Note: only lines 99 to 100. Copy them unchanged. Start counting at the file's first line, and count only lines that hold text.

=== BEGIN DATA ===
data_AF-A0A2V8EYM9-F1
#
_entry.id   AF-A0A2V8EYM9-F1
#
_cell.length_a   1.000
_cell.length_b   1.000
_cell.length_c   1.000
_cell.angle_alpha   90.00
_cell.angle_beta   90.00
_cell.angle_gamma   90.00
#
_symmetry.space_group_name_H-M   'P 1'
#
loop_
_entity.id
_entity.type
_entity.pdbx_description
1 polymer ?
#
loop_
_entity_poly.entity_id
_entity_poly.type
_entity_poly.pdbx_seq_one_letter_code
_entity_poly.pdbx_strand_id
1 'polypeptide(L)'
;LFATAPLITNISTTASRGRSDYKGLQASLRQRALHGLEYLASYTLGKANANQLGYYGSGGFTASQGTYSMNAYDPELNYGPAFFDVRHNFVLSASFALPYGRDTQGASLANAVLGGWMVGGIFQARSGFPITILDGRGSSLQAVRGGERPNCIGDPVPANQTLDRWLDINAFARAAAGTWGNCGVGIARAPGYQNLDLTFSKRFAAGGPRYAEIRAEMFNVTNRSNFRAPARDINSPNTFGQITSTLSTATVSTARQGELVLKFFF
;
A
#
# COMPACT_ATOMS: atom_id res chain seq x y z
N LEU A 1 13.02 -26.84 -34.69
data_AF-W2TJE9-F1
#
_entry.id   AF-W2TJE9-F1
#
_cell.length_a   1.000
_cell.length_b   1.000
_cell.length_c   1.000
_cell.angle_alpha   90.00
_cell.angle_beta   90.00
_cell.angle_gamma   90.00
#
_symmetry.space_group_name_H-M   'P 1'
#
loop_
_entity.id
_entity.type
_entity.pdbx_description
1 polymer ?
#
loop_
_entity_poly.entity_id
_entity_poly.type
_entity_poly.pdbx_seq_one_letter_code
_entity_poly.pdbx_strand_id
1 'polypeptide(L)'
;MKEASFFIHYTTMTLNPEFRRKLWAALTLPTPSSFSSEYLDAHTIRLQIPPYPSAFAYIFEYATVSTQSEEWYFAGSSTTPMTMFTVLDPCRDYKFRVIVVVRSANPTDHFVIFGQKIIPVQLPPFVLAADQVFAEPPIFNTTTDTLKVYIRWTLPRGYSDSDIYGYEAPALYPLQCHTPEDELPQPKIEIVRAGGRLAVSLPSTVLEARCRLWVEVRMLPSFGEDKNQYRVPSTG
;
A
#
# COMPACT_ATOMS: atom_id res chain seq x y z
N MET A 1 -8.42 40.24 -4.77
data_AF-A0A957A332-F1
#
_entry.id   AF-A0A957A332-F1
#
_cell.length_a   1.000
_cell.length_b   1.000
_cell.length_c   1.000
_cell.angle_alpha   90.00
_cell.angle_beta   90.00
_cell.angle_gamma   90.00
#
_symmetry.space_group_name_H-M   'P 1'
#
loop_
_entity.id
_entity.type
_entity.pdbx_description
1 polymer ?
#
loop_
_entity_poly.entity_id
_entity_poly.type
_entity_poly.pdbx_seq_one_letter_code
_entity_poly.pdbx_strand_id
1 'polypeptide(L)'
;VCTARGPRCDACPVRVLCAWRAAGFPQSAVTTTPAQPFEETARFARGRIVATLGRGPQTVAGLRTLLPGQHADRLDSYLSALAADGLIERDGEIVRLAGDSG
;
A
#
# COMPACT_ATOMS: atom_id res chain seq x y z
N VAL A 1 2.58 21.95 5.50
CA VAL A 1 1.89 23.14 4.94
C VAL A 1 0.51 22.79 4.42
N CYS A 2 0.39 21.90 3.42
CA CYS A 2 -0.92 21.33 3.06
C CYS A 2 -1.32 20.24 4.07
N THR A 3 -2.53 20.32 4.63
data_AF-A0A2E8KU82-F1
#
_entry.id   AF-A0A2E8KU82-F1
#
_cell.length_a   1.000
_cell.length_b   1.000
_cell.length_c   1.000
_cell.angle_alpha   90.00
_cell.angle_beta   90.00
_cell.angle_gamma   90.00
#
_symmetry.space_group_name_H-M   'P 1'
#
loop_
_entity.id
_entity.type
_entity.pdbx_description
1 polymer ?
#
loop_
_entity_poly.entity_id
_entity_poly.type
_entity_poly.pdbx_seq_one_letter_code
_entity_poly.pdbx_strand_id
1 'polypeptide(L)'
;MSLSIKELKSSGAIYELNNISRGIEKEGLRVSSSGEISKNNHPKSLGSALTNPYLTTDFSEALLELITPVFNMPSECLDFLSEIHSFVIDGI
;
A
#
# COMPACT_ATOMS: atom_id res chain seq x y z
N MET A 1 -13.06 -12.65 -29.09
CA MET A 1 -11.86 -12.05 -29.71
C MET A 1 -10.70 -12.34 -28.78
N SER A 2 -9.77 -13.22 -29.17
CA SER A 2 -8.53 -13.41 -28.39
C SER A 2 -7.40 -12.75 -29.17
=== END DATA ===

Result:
N THR A 3 -2.53 20.32 4.63
data_AF-A0A2E8KU82-F1